ADDITIONAL NOTE: Just in case you missed it, above is a link to this morning’s Talkin’ Baseball segment with host Mitch Levy on Sports Radio KJR. Just FYI, I will be hosting another hour-long phone-in show on the Mariners tomorrow night at 7 p.m. PT on KJR.
Work in this business for any length of time, you quickly learn about the gap that exists between what is said for public consumption and what actually is being done behind the scenes.
We had a couple of examples of that yesterday that everybody is still buzzing about this morning.
The first involves M’s president Chuck Armstrong saying the team had approached Ichiro multiple times this season about a contract extension. Many fans are now wondering why Armstrong would be so foolish as to say that out loud and whether Ichiro is actually a hero for saving the team from itself.
And the second involves team CEO Howard Lincoln responding yesterday to a rather bold question from Shannon Drayer of 710 ESPN Seattle about whether the team is about to be put up for sale. Lincoln replied that the team is absolutely not for sale, which is 100 percent honest because the team is not technically up for sale yet.
What does it all mean? More on that in a minute.
First, though, let’s look at Armstrong. Is he nuts? I don’t think so. But words at this point are rather meaningless. The fact is, the Mariners just traded Ichiro. So, it doesn’t matter what Armstrong says at this point. Actions speak louder than words. Armstrong could come out and say he was about to have a 200-foot poster of Ichiro draped across the biggest apartment complex in Seattle and it wouldn’t matter now.
Could Armstrong have picked up the phone and asked Ichiro’s agent: “Hey, I guess we have to talk about next year at some point and whether your client wants a longer deal?”
Sure, he could have. Did the Mariners ever put an offer sheet on the table? If they did, shame on them. And kudos to Ichiro for recognizing what a mistake that would have been — not from a money standpoint, but a legacy one.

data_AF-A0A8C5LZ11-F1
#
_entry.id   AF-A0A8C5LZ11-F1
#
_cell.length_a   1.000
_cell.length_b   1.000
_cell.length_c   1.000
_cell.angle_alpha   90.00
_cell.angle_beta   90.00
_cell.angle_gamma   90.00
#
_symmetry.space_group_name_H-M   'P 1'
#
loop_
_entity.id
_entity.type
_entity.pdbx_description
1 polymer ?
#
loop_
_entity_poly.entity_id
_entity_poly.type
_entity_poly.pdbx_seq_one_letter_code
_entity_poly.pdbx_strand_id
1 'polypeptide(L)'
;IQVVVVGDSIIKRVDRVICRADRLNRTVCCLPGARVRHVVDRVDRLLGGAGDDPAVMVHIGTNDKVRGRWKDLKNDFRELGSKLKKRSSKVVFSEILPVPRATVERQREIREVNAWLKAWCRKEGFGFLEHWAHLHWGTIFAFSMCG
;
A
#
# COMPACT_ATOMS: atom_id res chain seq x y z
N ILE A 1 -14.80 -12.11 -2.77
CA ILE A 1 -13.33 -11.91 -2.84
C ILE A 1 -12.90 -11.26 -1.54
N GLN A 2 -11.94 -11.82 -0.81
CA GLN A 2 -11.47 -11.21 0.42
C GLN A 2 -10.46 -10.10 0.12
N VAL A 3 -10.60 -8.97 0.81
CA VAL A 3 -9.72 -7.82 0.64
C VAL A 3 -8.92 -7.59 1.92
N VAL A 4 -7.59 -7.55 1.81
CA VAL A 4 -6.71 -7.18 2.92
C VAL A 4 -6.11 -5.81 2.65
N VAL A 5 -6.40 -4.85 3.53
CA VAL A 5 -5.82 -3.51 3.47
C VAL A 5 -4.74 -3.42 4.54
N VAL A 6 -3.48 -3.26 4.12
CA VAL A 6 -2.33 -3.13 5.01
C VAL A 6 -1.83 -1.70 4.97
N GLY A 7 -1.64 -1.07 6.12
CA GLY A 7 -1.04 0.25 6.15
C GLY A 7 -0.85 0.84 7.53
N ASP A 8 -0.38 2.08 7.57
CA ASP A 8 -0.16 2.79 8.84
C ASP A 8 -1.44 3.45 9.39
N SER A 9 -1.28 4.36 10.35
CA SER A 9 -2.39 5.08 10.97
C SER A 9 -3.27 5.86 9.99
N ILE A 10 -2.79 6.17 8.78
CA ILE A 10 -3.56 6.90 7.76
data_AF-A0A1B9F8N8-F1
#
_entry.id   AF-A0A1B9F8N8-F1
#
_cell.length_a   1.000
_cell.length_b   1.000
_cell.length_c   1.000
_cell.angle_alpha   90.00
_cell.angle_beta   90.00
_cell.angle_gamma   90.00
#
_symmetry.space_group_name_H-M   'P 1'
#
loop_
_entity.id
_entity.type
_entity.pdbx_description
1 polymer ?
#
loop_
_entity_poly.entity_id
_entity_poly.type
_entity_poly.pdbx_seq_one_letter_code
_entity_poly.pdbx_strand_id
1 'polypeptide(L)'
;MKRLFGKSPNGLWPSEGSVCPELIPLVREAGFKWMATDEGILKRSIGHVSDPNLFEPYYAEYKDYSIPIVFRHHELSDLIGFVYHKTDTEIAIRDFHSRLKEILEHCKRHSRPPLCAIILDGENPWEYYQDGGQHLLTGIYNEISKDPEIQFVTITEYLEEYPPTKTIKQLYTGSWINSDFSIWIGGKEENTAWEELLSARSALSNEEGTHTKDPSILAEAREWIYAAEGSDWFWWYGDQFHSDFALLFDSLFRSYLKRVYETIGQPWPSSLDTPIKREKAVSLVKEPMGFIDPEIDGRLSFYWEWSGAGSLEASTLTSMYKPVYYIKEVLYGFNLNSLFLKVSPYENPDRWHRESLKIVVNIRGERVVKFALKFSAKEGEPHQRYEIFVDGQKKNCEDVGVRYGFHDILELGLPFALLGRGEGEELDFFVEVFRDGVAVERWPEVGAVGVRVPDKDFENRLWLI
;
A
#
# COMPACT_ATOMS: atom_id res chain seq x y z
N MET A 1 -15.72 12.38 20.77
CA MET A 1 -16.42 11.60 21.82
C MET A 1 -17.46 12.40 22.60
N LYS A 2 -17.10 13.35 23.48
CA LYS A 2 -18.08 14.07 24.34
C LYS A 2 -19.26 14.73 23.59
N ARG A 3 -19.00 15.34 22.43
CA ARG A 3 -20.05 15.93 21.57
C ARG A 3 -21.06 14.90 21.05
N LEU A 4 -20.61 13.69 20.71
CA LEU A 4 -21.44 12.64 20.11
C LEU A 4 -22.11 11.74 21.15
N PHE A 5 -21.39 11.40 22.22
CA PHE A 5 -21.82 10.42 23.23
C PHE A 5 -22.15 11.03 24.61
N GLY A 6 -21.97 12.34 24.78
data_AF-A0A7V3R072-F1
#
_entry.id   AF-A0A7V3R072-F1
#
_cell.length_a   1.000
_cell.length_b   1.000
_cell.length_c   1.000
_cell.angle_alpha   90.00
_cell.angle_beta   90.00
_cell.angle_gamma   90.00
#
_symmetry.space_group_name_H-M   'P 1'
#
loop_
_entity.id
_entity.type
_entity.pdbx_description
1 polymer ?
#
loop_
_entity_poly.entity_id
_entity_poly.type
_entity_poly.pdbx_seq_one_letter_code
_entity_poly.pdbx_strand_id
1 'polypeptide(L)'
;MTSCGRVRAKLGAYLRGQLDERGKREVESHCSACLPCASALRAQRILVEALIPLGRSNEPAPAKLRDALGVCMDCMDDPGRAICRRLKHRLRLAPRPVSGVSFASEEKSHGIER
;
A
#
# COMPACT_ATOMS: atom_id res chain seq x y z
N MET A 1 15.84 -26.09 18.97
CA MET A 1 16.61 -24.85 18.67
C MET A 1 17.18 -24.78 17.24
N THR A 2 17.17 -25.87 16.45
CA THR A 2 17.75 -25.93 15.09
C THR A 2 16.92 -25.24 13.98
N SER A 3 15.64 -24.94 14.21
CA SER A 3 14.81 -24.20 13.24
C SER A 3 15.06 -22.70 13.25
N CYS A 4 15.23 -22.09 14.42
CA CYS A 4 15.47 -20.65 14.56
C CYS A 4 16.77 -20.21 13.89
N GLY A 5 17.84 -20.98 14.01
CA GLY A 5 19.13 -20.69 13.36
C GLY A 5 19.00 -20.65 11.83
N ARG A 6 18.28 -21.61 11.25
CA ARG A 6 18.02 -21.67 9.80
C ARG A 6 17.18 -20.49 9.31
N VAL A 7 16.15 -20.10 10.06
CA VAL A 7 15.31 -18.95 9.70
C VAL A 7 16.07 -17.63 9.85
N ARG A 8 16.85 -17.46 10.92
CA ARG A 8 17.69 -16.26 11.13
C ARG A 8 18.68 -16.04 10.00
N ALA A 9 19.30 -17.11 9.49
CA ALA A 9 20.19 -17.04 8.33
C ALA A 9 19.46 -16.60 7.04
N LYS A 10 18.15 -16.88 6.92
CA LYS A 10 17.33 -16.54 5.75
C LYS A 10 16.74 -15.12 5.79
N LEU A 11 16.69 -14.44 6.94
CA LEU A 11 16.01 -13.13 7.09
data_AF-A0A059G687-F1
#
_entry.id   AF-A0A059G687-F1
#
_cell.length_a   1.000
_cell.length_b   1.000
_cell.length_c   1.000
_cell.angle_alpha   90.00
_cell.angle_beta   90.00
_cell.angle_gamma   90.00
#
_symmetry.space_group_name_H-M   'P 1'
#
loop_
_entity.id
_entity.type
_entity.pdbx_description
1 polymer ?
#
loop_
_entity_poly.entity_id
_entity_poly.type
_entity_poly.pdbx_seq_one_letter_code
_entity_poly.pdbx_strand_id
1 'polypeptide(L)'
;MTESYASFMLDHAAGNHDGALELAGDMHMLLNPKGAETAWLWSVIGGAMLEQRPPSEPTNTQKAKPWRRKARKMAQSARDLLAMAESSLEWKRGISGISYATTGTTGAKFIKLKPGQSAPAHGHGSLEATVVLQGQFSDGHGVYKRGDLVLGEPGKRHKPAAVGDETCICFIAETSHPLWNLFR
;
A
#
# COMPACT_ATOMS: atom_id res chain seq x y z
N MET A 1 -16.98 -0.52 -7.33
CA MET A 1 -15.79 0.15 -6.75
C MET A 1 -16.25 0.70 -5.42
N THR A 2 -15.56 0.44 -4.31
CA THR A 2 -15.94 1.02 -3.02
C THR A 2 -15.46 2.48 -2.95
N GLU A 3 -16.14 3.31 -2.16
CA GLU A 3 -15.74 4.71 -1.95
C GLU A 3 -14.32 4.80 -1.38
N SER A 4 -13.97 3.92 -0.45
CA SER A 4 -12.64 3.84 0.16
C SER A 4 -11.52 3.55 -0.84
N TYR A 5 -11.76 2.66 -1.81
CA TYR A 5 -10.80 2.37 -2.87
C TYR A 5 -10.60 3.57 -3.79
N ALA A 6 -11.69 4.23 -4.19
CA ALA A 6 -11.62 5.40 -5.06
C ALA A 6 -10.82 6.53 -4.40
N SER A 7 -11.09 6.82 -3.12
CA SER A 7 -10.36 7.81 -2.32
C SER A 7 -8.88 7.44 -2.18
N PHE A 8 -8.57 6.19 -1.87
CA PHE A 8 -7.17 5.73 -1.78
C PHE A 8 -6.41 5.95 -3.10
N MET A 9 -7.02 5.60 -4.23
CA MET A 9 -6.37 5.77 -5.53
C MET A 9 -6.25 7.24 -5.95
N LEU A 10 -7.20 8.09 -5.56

Bottom line: it doesn’t matter what gets said now. What you hear coming out of people’s mouths right now is designed for everybody to save a little face. Ichiro still has legions of fans in Seattle and the Mariners do not want to leave the impression they were going to tell him to take a hike this winter. They want to go along with the storyline that this was all about Ichiro making the right call to do a selfless act for the team. And I have no problem with that. The Ken Griffey Jr. debacle was a disaster for this franchise and this particular course with Ichiro is a far preferable one.
Who knows whether majority owner Hiroshi Yamauchi would have brought Ichiro back for multiple years? Who knows whether the M’s approached Ichiro’s agent and told him the only way he could return is in a diminished role with fewer at-bats through which to take a run at 3,000 hits? Maybe this really does all boil down to Ichiro seeing the writing on the wall and doing what other onetime superstars have done before — the right thing.
All I know is, whatever Armstrong says now for public consumption doesn’t matter. The Mariners don’t want people to think they ran Ichiro out of town because that can come back to bite them later. That much I do know.
Still not convinced? Still think that what is being said carries any real weight?
OK, just nine days ago, GM Jack Zduriencik caused a fuss when he told Jon Paul Morosi of FOX Sports that he expects Ichiro to return next year.
Yesterday, we learned that when Zduriencik made that comment, he was busy negotiating Ichiro’s trade out of town.
Pay less attention to words, more to action.
Now, as for Lincoln’s rebuttal to Drayer about a sale, first, I’ll head off some criticisms I’ve heard that Drayer’s questioning was “planted” by the Mariners so they could do the verbal equivalent of hitting a golf ball off a tee.
I do not believe that is the case, namely because I heard Drayer go on her station and express her belief beforehand that she felt the Ichiro trade is a significant indication that “perhaps, the next shoe to fall is that this team, at some point in the near future, will be put up for sale.” That she went out and actually asked the question at the news conference is a sign she was doing her job. Not that she was being used. Her question wasn’t something out of the blue. It was an extension of what she had just been talking about over the air. So, good for her.